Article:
Precise med labels clear confusion
U. LEEDS (UK) — Simple words will replace commonly used, but often misunderstood phrasing on medicine bottles dispensed from UK pharmacies to ensure patients are taking prescriptions as intended.
“It is vital that wordings on labels are simple and straightforward,” says Theo Raynor, professor of pharmacy at the University of Leeds.
“Most medicines do contain leaflets providing detailed information for patients, but these leaflets can get lost or overlooked.
“Patients’ behavior tends to be guided by the instructions on the outside of medicine bottles and packets of pills, so these must be as clear and unambiguous as possible.”
Around two million prescriptions are issued every day in the UK.
Raynor tested a selection of instructions on a large number of volunteers from the general public aged 20 to 80 years old. Confusing phrases were reworded using best practice in clear English. Revisions were then checked to see if they were easier to understand with more members of the public.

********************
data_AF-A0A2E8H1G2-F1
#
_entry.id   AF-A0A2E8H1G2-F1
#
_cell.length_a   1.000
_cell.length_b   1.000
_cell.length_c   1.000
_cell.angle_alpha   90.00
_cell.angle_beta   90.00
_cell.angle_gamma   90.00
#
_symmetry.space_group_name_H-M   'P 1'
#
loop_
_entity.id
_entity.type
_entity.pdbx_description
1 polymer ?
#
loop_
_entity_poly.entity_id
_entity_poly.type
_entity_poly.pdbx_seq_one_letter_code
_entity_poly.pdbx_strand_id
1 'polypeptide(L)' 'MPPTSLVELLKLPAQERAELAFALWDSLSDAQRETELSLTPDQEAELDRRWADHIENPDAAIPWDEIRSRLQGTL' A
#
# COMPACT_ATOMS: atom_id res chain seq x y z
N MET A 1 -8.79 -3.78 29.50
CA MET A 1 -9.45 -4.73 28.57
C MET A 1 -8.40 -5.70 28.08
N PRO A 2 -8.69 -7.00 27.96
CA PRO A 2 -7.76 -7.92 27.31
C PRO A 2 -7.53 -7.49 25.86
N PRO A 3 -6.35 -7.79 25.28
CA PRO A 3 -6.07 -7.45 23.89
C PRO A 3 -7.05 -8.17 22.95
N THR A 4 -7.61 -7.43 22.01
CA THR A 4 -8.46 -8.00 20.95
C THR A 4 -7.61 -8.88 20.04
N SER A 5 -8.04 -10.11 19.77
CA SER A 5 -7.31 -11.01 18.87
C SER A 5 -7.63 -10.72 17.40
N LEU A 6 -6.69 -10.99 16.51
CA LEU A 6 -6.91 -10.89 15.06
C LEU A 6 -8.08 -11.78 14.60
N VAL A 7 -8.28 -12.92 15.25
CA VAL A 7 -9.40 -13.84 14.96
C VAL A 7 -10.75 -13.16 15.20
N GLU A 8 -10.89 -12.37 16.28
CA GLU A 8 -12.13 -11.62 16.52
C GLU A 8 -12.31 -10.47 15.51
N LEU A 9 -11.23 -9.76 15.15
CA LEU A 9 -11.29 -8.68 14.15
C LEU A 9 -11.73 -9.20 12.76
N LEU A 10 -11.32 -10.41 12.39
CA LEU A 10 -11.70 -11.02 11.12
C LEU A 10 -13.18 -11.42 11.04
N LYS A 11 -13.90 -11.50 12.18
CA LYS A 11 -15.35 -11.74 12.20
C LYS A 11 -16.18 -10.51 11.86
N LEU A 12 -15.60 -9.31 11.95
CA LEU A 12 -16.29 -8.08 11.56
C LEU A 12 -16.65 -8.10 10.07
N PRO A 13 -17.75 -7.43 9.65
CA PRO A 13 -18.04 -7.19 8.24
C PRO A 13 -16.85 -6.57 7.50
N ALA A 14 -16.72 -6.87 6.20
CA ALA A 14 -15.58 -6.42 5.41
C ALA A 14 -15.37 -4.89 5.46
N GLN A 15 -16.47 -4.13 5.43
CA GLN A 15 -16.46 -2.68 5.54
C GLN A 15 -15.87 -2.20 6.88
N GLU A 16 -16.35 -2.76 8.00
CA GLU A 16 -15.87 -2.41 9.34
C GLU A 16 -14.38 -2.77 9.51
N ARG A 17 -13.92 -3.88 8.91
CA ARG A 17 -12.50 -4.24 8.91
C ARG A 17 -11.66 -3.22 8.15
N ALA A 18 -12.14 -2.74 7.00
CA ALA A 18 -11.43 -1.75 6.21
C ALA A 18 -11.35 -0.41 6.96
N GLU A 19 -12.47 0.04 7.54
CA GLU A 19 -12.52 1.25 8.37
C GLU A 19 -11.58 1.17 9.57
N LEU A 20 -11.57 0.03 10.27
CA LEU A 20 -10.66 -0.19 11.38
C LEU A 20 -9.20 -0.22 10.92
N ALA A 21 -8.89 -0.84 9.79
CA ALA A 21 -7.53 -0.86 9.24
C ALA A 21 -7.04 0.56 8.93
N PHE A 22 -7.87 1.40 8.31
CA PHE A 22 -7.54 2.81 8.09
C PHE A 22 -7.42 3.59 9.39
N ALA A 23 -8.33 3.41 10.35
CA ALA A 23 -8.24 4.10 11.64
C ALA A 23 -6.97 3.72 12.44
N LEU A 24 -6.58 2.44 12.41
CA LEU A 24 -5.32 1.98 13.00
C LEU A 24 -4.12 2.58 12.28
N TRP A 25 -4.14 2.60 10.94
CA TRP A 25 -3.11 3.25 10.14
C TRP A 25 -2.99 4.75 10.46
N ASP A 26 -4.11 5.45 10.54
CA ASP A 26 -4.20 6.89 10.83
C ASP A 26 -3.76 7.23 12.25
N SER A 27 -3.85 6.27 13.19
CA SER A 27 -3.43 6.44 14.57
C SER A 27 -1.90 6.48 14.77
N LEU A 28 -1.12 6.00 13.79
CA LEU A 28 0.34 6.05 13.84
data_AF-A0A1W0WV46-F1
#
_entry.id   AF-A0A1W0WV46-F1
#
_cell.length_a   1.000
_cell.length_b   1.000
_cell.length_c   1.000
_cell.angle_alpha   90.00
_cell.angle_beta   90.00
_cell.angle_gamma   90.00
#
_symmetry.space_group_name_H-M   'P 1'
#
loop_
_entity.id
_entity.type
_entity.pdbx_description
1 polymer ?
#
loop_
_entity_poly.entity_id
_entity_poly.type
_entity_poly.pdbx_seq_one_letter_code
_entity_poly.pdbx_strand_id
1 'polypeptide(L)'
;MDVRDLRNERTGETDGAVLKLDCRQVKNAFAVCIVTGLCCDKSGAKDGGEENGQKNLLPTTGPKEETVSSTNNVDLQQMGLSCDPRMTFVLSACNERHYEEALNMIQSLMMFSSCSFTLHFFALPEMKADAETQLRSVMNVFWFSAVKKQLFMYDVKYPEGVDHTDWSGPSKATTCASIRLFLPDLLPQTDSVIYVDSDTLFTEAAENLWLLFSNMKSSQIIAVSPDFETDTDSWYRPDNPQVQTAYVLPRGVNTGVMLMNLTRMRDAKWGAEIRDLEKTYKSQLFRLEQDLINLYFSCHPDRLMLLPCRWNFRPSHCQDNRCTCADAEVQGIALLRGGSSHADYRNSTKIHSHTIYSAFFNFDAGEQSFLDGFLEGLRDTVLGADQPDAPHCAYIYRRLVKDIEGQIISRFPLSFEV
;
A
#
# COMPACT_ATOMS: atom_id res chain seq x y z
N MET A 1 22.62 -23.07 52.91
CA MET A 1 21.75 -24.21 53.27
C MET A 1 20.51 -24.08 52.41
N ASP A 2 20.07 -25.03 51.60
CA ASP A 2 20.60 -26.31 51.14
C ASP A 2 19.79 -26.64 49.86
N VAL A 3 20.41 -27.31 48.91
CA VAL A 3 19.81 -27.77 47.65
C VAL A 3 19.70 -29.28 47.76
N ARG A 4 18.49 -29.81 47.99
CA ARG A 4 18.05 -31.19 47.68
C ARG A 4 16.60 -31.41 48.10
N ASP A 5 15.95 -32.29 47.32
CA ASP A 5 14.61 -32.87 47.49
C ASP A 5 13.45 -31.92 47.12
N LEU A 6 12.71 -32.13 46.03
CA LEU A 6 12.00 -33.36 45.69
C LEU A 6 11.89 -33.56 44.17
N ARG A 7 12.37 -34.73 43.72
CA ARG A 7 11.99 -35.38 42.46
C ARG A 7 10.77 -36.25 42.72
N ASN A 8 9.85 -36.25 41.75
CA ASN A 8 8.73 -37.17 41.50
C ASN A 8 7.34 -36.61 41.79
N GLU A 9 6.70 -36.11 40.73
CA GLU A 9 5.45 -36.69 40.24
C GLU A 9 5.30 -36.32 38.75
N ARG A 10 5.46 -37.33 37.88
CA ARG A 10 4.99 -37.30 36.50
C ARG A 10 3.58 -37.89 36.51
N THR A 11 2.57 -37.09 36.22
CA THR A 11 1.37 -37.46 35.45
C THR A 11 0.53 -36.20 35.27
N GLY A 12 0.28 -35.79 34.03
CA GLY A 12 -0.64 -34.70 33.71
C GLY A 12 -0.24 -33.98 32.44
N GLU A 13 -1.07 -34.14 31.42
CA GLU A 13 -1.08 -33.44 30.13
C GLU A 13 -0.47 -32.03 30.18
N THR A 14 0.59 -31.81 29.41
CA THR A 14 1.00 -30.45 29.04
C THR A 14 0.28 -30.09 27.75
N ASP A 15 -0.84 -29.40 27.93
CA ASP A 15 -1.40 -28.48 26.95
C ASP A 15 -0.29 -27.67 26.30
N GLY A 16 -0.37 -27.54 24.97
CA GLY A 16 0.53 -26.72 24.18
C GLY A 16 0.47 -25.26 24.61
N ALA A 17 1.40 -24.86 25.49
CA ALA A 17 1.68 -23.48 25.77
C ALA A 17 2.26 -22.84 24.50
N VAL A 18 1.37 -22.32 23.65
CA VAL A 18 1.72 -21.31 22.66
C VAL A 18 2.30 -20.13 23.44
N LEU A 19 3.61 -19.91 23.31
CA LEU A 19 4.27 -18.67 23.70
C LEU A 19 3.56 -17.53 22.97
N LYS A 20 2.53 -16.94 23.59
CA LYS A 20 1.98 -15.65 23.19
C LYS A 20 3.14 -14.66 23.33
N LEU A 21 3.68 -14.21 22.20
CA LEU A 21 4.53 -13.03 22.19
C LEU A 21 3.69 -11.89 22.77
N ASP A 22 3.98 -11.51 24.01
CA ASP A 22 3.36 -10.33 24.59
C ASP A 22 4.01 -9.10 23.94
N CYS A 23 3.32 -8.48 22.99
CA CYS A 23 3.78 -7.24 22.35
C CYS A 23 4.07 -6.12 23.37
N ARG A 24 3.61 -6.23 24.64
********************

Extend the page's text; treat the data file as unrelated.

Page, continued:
The proposed changes include terminology that is better understood by patients. For example, user testing showed the word ‘drowsiness’ is not always readily understood and has been improved by using the wording: ‘This medicine may make you feel sleepy.’
“Another good example is the phrase ‘avoid alcoholic drinks’. Our user tests have shown that the word ‘avoid’ can cause confusion and that some people think it only means they should limit their alcohol intake,” Raynor says.
“This phrase will now be replaced by the instruction: ‘do not drink alcohol while taking this medicine’, which is far clearer.”
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